Matthew Dennison

‘The Wilderness, Hartwell House, Buckinghamshire’ by Balthasar Nebot

Why is the garden absent in English painting?

One of the default settings of garden journalists is the adjective ‘painterly’ — applied to careful colour harmonies within a…

Irish-born soldier and adventurer Colonel Thomas Blood (Photo: Getty)

Colonel Blood: thief turned spy and Royal pensioner

In the words of one of his contemporaries ‘a man of down look, lean-faced and full of pock holes’, the…

‘Arthur Wellesley, 1st Duke of Wellington’, 1829, by Sir Thomas Lawrence

Wellington's PR machine

The history of portraiture is festooned with images of sitters overwhelmed by dress, setting and the accoutrements of worldly success.…

Virtually identical in their languorous loucheness. Clockwise from top left: Louise de Kérouaille Barbara Palmer, Moll Davis and Nell Gwyn

The merry monarch and his mistresses; was sex for Charles II a dangerous distraction?

In a tone of breezy bravado in keeping with their concept of their subject’s character, Don Jordan and Michael Walsh…


Elizabeth is about to become Britain’s longest-reigning queen. Here’s how she’s changed monarchy

This year the Queen will become the longest-serving monarch in British history. Her rule defines our era

‘Melting Snow at Wormingford’, 1962, by John Nash

Snow - art’s biggest challenge

In owning a flock of artificial sheep, Joseph Farquharson must have been unusual among Highland lairds a century ago. His…

Ruth Rendell cr Jerry Bauer

Fifty years of Inspector Wexford – and a new detective on the block

Early on in The Girl Next Door, Ruth Rendell gives the reader a sharp nudge. ‘Colin Quell had very little…

Author Graham Swift Photo: Getty

You’ll never look at dried pasta in the same way again

A calculated ordinariness unites the protagonists in Graham Swift’s new collection of short stories. In each of these mini fictions,…

Passionate Reunion

Not quite romantic fiction, or literary fiction, or commercial fiction – but still quite good

Elements of Raffaella Barker’s new novel, her eighth for adults, suggest commercial fiction: a narrative that oscillates between the aftermath…

Margaret Drabble at the offices of publisher McLelland Stewart Photo: Toronto Star via Getty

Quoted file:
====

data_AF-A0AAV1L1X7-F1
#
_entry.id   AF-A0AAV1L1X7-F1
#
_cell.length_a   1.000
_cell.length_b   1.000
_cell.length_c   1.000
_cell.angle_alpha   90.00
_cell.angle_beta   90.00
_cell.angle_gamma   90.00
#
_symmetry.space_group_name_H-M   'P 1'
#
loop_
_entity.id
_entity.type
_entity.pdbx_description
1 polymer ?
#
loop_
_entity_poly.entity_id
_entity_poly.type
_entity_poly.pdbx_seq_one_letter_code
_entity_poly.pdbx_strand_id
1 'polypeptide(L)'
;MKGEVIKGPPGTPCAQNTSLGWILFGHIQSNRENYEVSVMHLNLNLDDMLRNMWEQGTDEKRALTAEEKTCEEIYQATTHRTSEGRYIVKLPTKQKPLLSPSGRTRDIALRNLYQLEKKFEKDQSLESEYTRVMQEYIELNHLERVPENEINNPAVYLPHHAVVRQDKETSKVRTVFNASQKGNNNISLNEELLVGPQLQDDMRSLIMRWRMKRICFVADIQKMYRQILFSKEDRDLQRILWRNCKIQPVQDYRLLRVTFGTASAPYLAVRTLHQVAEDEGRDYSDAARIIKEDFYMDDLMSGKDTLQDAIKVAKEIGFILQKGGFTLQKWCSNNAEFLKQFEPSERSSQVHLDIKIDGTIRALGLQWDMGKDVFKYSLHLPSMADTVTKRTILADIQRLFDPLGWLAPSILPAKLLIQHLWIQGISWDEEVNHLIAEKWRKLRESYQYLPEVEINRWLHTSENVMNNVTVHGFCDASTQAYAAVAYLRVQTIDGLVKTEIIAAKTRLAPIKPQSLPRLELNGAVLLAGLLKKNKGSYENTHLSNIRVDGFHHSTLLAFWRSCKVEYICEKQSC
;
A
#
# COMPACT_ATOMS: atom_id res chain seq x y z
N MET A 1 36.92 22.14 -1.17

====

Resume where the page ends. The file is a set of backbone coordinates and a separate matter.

Margaret Drabble tries to lose the plot

Halfway through her new novel, Margaret Drabble tells us of Anna, the pure gold baby of the title, ‘There was…


The imitable Jeeves

For as long as I can remember — I take neither pleasure nor pride in the admission — I have…

Mrs Bridge and Mr Bridge, by Evan S. Connell - review

A policeman encountering Mrs Bridge on the home furnishings floor of a Kansas City department store recognises her at once…

Another bleak house on the Fens

Some years ago, Susan Hill stated in an interview: ‘It’s not plot that interests me but setting, people in a…

Old lovers…

If it is true that we demand of our favourite authors above all consistency — a certain fidelity to the…


Bookends: Tilling tales

Several years ago, I listed as my literary heroes Herbert Pocket in Great Expectations and E. F. Benson’s Lucia. The…

060060_Winterhalter_Prince Albert

Prince of progress

Prince Albert, who died 150 years ago this month, was a far more interesting figure than his pompous monuments suggest

Death of the Author

The death of the Polish-born British novelist Joseph Conrad is the central event of David Miller’s debut novel.


UnEnglish triumph

Sometimes an exhibition does what it says on the tin. The Pre-Raphaelites and Italy, the Ashmolean’s first major show post-revamp, is such an exhibition.

Pass the cheese, Louise

Widowhood in 1955 was not a desirable state.


More than a painter of Queens

The last words of Hungarian-born portraitist Philip de László, spoken to his nurse, were apparently, ‘It is a pity, because there is so much still to do.’ As Duff Hart-Davis’s biography amply demonstrates, for de László, art — which he regarded as ‘work’ as much as an aesthetic vocation — was both the purpose and the substance of his life.

Big frocks, silk stockings and lissom ladies

Matthew Dennison on the life of Augustus Harris, the Victorian showman who invented the Christmas pantomime and pioneered sex, celebrity and excess as an art form

Dog days for British breeds

Many of our traditional working dogs are in danger of dying out. In abandoning the Sealyham and Dandie Dinmont, says Matthew Dennison, we diminish our heritage

Strangely familiar

Family Album, by Penelope Lively


The day the music died

The Immortals, by Amit Chaudhuri

Not just for Christmas

Matthew Dennison extols the virtues of a rare but distinguished breed